In what is shaping up to be a rough September so far, stock indexes and ETFs plummeted on Monday, amid panic that the coronavirus pandemic is worsening, as well as fears that further fiscal stimulus will fall to materialize.
The Dow Jones Industrial Average tumbled over 920 points or 3.32%. Meanwhile, the S&P 500 sank 2.65% while the Nasdaq Composite dropped 2.3%. The Dow is on pace for its worst day since June 11, when it fell more than 6%, while the S&P 500 was headed for its biggest one-day sell-off since Sept. 8, just short of a couple of weeks ago, and days after the stock rout began.
Issues with the coronavirus have continued to plague the globe, and the U.K. is apparently investigating another national lockdown to stymie an explosion in coronavirus cases. The U.K.’s benchmark index, the FTSE 100 sold off over 3% as traders feared the worst.
Meanwhile, while U.S. stocks are red across the board, those hit hardest by a lockdown, such as travel and leisure stocks, are falling the most. Shares of Carnival Corp. sank 4%. Southwest Airlines and Delta Air Lines dropped 4.6% and 7.2%, respectively. Meanwhile, the U.S. Global Jets ETF (JETS) tumbled over 7% amid the news.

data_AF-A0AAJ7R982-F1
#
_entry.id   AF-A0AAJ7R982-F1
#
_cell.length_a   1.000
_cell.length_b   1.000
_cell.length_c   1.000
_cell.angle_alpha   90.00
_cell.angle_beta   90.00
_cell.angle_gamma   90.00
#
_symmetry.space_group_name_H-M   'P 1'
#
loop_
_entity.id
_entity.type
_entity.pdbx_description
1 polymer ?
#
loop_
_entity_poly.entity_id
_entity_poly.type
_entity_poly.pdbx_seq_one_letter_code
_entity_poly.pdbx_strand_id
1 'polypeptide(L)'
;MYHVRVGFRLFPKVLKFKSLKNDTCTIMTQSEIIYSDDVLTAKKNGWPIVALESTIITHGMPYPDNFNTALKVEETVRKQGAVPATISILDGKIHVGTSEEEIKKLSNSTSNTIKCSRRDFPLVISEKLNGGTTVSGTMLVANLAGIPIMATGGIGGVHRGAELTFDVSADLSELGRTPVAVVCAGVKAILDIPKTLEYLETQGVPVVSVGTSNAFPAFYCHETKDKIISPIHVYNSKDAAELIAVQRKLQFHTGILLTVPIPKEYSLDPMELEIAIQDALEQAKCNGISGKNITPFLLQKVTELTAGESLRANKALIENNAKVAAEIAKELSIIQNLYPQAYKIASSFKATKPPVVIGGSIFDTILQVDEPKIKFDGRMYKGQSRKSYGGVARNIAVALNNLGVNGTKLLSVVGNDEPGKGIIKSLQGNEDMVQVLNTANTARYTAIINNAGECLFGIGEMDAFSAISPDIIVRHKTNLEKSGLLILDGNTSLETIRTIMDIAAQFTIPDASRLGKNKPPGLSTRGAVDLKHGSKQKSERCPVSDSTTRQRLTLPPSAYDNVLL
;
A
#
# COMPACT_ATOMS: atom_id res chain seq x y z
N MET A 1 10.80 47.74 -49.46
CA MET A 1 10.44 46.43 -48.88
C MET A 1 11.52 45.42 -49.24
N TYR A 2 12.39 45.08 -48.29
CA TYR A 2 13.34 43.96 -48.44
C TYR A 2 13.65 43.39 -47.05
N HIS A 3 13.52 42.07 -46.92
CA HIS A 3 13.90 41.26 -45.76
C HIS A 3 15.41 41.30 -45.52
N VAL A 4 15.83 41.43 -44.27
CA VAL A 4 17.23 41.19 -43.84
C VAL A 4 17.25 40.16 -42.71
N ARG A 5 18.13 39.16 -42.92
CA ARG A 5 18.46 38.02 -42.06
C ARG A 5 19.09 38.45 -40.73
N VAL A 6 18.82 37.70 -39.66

“It seems like the biggest reason for the decline in most global stock markets is the concern that tighter virus restrictions in Europe will result from the new spike in Covid cases now that the colder weather is upon us,” Matt Maley, chief market strategist at Miller Tabak, said in a note on Monday.
Stimulus bill negotiations could also become more challenging following the death of Supreme Court Justice Ruth Bader Ginsburg, which could result in a contentious nomination process before the election, as Trump is at odds with Democrats, who have already been in a stalemate over additional stimulus since July. Chris Krueger, Washington strategist at Cowen, said in a note that a fresh coronavirus stimulus bill is now “unlikely until post-Nov. 3 as the fight over Justice Ginsburg’s empty seat will consume D.C.”
This is the third week that stock markets have been falling. The tech-based Nasdaq Composite continues its correction territory, sinking over 10% from its recent record high, while the S&P 500 has fallen 5% alone in September.
“For the market to hold these levels buyers have to come into the technology sector over the next week to 10 days,” said Marc Chaikin, CEO of Chaikin Analytics, in a post. “Without the impetus of the call option buyers who helped propel the large-cap tech stocks to extreme valuations, it is unlikely that the subsequent rally can exceed the September peak.”
“The other narrative is that this avails Democrats to run the successful 2018 playbook again: GOP trying to take away healthcare,” he said.
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